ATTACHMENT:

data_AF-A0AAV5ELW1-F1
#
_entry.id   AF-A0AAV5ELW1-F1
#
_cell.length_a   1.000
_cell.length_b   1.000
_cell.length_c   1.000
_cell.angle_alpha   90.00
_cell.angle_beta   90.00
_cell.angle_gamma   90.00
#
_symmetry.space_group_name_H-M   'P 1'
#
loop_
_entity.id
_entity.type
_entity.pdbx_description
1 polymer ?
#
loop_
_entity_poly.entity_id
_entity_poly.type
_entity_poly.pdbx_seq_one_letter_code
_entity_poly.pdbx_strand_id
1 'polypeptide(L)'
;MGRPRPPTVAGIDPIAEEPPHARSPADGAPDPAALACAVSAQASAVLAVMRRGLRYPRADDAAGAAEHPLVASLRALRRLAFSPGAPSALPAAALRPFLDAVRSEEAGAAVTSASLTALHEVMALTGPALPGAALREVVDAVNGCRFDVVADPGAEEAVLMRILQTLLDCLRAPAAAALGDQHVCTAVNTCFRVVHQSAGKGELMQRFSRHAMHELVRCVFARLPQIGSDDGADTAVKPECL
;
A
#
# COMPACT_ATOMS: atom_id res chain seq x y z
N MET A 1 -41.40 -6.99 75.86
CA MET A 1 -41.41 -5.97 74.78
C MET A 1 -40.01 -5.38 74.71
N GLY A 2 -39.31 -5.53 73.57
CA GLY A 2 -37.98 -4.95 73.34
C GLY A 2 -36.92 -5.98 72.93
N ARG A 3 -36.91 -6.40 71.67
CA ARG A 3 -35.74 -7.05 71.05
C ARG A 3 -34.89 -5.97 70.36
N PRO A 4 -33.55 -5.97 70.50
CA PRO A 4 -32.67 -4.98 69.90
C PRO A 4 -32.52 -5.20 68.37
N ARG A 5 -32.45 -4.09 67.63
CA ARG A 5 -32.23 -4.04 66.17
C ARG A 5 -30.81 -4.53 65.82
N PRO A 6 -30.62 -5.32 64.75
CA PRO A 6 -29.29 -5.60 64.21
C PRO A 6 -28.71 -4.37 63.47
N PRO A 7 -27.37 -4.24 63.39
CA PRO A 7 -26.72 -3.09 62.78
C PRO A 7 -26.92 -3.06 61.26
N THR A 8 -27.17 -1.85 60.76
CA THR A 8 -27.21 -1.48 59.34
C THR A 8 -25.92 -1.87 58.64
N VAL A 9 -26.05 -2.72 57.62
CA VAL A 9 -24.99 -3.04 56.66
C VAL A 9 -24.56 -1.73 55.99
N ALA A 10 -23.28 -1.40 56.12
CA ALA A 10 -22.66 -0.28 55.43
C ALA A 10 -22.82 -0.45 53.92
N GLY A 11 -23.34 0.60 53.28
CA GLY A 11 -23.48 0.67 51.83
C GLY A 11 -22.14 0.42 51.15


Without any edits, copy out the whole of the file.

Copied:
data_AF-A0AAV5ELW1-F1
#
_entry.id   AF-A0AAV5ELW1-F1
#
_cell.length_a   1.000
_cell.length_b   1.000
_cell.length_c   1.000
_cell.angle_alpha   90.00
_cell.angle_beta   90.00
_cell.angle_gamma   90.00
#
_symmetry.space_group_name_H-M   'P 1'
#
loop_
_entity.id
_entity.type
_entity.pdbx_description
1 polymer ?
#
loop_
_entity_poly.entity_id
_entity_poly.type
_entity_poly.pdbx_seq_one_letter_code
_entity_poly.pdbx_strand_id
1 'polypeptide(L)'
;MGRPRPPTVAGIDPIAEEPPHARSPADGAPDPAALACAVSAQASAVLAVMRRGLRYPRADDAAGAAEHPLVASLRALRRLAFSPGAPSALPAAALRPFLDAVRSEEAGAAVTSASLTALHEVMALTGPALPGAALREVVDAVNGCRFDVVADPGAEEAVLMRILQTLLDCLRAPAAAALGDQHVCTAVNTCFRVVHQSAGKGELMQRFSRHAMHELVRCVFARLPQIGSDDGADTAVKPECL
;
A
#
# COMPACT_ATOMS: atom_id res chain seq x y z
N MET A 1 -41.40 -6.99 75.86
CA MET A 1 -41.41 -5.97 74.78
C MET A 1 -40.01 -5.38 74.71
N GLY A 2 -39.31 -5.53 73.57
CA GLY A 2 -37.98 -4.95 73.34
C GLY A 2 -36.92 -5.98 72.93
N ARG A 3 -36.91 -6.40 71.67
CA ARG A 3 -35.74 -7.05 71.05
C ARG A 3 -34.89 -5.97 70.36
N PRO A 4 -33.55 -5.97 70.50
CA PRO A 4 -32.67 -4.98 69.90
C PRO A 4 -32.52 -5.20 68.37
N ARG A 5 -32.45 -4.09 67.63
CA ARG A 5 -32.23 -4.04 66.17
C ARG A 5 -30.81 -4.53 65.82
N PRO A 6 -30.62 -5.32 64.75
CA PRO A 6 -29.29 -5.60 64.21
C PRO A 6 -28.71 -4.37 63.47
N PRO A 7 -27.37 -4.24 63.39
CA PRO A 7 -26.72 -3.09 62.78
C PRO A 7 -26.92 -3.06 61.26
N THR A 8 -27.17 -1.85 60.76
CA THR A 8 -27.21 -1.48 59.34
C THR A 8 -25.92 -1.87 58.64
N VAL A 9 -26.05 -2.72 57.62
CA VAL A 9 -24.99 -3.04 56.66
C VAL A 9 -24.56 -1.73 55.99
N ALA A 10 -23.28 -1.40 56.12
CA ALA A 10 -22.66 -0.28 55.43
C ALA A 10 -22.82 -0.45 53.92
N GLY A 11 -23.34 0.60 53.28
CA GLY A 11 -23.48 0.67 51.83
C GLY A 11 -22.14 0.42 51.15